Death with dignity advocate Bruce Wilson, facing his end, wants you to know he’s grateful
[N]ot long after he wrote that, Bruce became a hospice care physician. He has dedicated himself to nudging, sometimes dragging, his medical colleagues in particular and the public in general to stop, take a deep breath and talk about how we would like to handle our inevitable demise.
Last February, Bruce was diagnosed with pancreatic cancer.
In the months that followed, the disease proved to be indifferent to chemotherapy and beyond surgical intervention.
Bruce, 66, is home with Barb, his wife of almost 34 years. If all goes as hoped, that is where he will die.
“People say to me, ‘This must be so surreal,’” he said during a recent week of in-patient treatment at Froedtert Hospital.
(Bruce is not opposed to end-of-life medical intervention. Doctors, he says, have a very important part to play in improving the quality of their patients’ final days. What he is opposed to are ill-informed medical decisions based on fear and desperation that too often merely extend a dying person’s misery.)
“And you know, it is sort of odd. I’m sitting in the front row watching myself. It’s afforded me the opportunity to be right square in the middle of it and say, ‘OK. How am I going to react to this reality?’ ”
Bruce, in these final days, has plenty to say about death and dying, but here’s the main thing he wants people to know:
“I am so grateful.”
He’s grateful that he has had time to love, to admire, to grieve, to celebrate, to forgive and to be forgiven by the people he cares about most.
“You can’t have that when you have the symptoms of a very aggressive cancer, and you are being eaten alive from the inside and you’re in horrible pain all the time and you develop delirium.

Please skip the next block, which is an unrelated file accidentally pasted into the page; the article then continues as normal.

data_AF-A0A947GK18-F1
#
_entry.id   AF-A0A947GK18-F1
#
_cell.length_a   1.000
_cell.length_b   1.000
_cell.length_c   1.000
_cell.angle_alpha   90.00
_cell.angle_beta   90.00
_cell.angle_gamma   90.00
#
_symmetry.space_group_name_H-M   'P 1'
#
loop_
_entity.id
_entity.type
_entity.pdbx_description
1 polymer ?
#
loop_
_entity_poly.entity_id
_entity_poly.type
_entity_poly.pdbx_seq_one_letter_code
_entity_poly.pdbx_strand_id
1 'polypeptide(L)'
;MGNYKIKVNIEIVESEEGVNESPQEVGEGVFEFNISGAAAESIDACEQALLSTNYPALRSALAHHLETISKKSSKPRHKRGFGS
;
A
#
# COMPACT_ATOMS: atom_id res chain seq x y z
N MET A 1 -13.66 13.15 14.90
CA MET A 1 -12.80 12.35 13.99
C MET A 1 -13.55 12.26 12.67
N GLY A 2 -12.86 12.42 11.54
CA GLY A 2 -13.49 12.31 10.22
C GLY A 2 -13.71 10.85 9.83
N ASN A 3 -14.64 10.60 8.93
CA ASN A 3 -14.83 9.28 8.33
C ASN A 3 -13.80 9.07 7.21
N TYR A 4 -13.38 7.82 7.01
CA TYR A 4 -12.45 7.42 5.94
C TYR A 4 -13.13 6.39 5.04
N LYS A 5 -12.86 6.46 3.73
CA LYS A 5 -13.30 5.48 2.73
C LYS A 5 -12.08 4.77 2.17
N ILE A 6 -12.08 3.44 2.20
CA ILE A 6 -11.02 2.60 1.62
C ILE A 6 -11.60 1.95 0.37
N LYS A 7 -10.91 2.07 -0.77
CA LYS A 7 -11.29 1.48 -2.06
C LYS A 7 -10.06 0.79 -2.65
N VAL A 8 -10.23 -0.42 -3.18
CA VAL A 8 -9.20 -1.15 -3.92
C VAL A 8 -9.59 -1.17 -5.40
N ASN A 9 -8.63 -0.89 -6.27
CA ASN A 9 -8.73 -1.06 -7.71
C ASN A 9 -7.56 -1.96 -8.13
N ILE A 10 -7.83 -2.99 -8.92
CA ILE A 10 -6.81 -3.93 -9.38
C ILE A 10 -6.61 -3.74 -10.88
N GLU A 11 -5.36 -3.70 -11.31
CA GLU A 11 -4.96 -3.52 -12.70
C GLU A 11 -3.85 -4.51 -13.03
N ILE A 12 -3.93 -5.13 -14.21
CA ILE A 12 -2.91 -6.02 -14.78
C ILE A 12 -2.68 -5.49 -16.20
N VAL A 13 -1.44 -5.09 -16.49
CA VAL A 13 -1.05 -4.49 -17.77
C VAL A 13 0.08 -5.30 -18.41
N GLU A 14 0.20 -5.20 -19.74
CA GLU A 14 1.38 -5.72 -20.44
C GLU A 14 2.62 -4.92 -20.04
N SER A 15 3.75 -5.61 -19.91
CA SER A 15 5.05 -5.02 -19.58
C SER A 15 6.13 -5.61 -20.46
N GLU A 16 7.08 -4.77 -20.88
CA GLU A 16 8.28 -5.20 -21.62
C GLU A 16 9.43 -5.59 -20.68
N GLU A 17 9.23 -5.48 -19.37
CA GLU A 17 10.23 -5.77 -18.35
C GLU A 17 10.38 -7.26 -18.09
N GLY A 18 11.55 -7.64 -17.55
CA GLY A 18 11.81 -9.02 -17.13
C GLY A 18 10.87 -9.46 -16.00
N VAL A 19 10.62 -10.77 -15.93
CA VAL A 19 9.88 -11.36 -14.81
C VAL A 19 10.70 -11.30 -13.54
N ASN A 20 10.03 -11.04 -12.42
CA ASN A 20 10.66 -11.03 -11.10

“That opportunity is lost.”
To make the most of the opportunity you are given, Bruce said, you need to prepare.
An advance directive needs to be in place so that your doctors and family don’t have to guess at what you wish will happen as you die.
“So you can mourn together, share the loss together, but also be grateful together for your presence in each other’s life.”
Barb, who was sitting near Bruce’s hospital bed, said, “The thing you need to understand to really see what this gratitude thing does is — there is a kind of ripple effect.”
Sharing gratitude, Barb said, “is such a gift.”
“I don’t have to mourn that he was so miserable, he was so afraid, he didn’t get what he needed, he was so unhappy, he was suffering or in pain.”
It’s the difference between grief and regret.
But here is the hard part, Barb said. Here is what you must do before the time comes, as surely it will, that you can no longer deny that you will die.
You have to live.
“You die how you live,” Barb said.
“And if you have purpose and gratitude and all those things, then that is how you are going to die.”
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